The Childcare sector has become a vital cornerstone of society in Ireland, allowing both parents the opportunity to work. With increased standards of living, a double income is now a necessity rather than a choice for many young families. Childcare is a costly but necessary service for Irish families as many simply can’t afford to live off one salary. The state too is reliant on childcare facilities as allowing both parents to work is generating more money in the economy. With such a reliance placed on this sector it is disappointing to see that childcare facilities are under significant strain due to lack of investment.
Childcare fees in Ireland are amongst the highest in Europe. The average Irish family spends 34% of their household income on childcare; this is double the European average. The government have made contributions to ease the burden on families, most recently with the introduction of the Affordable Childcare Programme and the more established ECCE (Early Childhood Care and Education) scheme. The ECCE scheme allows families to avail of three hours per day, five days a week, of free childcare. This programme was first launched in 2010 and has been extended recently to allow children from a younger age to access the service. Families can avail of two pre-school years of the ECCE programme. ECCE is only available during school term time. This caveat adds an expense to families who still need care during holidays and it causes complications for childcare centres when hiring staff for term time contracts only, forcing some workers on to the live register during summer months.
The increased birth rate has put pressure on the childcare sector. Many parents are booking places in creches before their children are even born. Childcare centres are not having problems filling their rooms. They are having problems keeping their facilities fully functioning and meeting demands.
A report in 2017 showed that 86% of creches and preschools expressed concern in recruiting staff. It is unsurprising that staff are hard to come by because wages are so low in this sector. The early childhood sector is among the lowest paid profession in Ireland. Childcare workers, some qualified with masters and degrees are earning on average €10-€13 per hour. Coupled with this is the precarious nature of contracts. As previously mentioned creches need to hire staff on part time contracts to meet the demands of the ECCE scheme which is only operational during term time. Low wages and part time contracts make it difficult to attract employees to this sector.
What are the repercussions of lack of funding and staff shortages? Many childcare facilities are finding it difficult to stay fully operational. Staff shortages and lack of funding is forcing childcare facilities to reduce intake of babies and toddlers. Due to the low ratio required when caring for babies, 1:3, many creches have opted not to offer care to children under one.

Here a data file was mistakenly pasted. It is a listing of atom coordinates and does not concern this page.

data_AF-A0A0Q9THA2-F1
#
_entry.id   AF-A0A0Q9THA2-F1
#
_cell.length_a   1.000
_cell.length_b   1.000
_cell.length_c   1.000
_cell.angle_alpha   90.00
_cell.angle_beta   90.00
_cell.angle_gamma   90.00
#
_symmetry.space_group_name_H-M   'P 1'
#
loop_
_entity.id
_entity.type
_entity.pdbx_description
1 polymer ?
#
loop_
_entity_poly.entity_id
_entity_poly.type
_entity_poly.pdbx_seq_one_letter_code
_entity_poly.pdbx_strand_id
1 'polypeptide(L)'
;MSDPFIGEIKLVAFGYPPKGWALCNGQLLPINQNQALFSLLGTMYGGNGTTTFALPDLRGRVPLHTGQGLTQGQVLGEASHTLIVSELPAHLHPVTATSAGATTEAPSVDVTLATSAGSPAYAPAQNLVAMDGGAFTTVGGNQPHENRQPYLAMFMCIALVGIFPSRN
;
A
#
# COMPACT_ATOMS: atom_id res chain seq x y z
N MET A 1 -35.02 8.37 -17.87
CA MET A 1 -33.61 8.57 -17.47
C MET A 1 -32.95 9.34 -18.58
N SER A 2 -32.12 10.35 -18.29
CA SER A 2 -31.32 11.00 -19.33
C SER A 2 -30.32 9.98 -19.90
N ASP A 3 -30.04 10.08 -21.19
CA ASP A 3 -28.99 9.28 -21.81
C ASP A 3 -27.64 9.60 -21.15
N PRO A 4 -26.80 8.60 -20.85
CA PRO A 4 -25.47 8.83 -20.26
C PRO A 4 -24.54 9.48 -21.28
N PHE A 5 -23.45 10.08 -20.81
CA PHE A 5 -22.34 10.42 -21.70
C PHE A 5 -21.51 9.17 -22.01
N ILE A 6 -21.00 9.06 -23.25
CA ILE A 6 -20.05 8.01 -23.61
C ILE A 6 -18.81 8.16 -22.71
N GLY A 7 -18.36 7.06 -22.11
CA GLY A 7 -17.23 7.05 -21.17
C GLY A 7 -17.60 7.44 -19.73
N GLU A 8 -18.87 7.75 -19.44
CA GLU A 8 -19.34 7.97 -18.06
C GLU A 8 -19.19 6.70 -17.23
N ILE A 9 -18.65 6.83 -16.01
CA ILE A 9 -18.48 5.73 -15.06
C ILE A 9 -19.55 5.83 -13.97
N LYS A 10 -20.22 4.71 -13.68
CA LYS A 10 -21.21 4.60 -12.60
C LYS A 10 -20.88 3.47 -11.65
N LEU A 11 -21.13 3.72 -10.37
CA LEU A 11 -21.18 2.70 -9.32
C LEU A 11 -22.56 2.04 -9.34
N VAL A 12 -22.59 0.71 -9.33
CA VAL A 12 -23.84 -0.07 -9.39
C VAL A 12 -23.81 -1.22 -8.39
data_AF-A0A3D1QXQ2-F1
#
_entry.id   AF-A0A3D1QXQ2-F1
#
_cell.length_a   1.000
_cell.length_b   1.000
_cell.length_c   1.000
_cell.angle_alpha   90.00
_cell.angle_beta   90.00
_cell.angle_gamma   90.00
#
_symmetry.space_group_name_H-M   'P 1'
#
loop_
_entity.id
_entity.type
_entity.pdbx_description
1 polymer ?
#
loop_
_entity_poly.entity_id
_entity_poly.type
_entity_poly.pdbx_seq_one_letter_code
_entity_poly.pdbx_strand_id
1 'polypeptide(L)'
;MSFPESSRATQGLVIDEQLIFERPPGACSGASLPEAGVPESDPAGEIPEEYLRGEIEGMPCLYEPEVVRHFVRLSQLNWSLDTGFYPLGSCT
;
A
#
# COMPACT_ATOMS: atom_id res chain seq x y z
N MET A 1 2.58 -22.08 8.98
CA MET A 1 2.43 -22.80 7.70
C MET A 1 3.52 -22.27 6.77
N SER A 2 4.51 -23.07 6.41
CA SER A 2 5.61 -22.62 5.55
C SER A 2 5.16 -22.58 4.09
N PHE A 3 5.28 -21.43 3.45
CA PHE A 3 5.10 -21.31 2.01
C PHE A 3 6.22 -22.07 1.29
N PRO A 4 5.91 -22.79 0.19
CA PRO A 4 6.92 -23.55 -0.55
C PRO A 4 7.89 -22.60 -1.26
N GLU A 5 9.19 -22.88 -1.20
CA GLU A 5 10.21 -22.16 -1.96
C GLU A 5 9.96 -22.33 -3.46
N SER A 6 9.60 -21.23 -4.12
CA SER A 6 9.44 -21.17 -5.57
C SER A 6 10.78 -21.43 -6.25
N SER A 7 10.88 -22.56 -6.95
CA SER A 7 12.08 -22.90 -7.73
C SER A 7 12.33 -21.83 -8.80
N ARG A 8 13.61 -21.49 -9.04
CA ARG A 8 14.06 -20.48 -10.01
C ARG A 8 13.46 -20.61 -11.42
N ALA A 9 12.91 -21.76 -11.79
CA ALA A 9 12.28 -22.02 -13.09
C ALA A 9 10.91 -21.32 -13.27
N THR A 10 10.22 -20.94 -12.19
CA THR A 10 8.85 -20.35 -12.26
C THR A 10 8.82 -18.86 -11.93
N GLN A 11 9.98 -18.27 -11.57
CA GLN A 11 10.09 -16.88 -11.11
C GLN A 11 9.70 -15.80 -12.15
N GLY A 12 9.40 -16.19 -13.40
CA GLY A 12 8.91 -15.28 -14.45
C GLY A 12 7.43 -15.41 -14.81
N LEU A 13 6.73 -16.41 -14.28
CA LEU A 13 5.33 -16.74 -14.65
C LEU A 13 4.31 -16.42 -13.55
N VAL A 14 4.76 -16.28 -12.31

Low wages, part time contracts and lack of investment are posing a serious threat to the care of the most vulnerable in our society. Minister for Children and Youth Affairs Katherine Zappone called for increased investment in childcare over the coming years.
“This report[national survey of childcare facilities 2017] adds to the growing body of evidence needed to target increased investment in early years. It provides insights on other important policy priorities, like affordability, sustainability and quality, and will be critical in guiding this rapidly expanding sector in future years,” she said.
Let’s hope the government can deliver in their plans for change to improve conditions for employees in this sector.
Early Childhood Care and Education
The area of childcare is now most commonly referred to as "Early Childhood Care and Education." There are approximately 22,000 people working in the ECCE sector in Ireland (Pobal, 2016). Pre-school children in Ireland are children under 6 years of age, who are not attending a national school or equivalent. Pre-school services include pre-schools, montessori, play groups, naíonraí, day nurseries, crèches, childminders and other similar services looking after more than 3 preschool children..
Those interested in becoming a Crèche Assistant should be comfortable with children and enjoy their company. They have to be caring, understanding and able to give encouragement. A friendly, cheerful personality is helpful.
Crèche Assistants need a sense of fun and lots of energy. The work can be both physically and mentally demanding so Crèche Assistants need good health, fitness and stamina. Personal attributes such as patience and tolerance are essential, as Crèche Assistants need to be able to cope with noise and constant demands for their attention. Crèche Assistants also need to be well-balanced individuals who can keep calm under pressure and in the event of an emergency. Knowledge of first aid, hygiene and nutrition is useful and it is essential for Crèche Assistants to pay attention to safety.
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The CareersPortal Team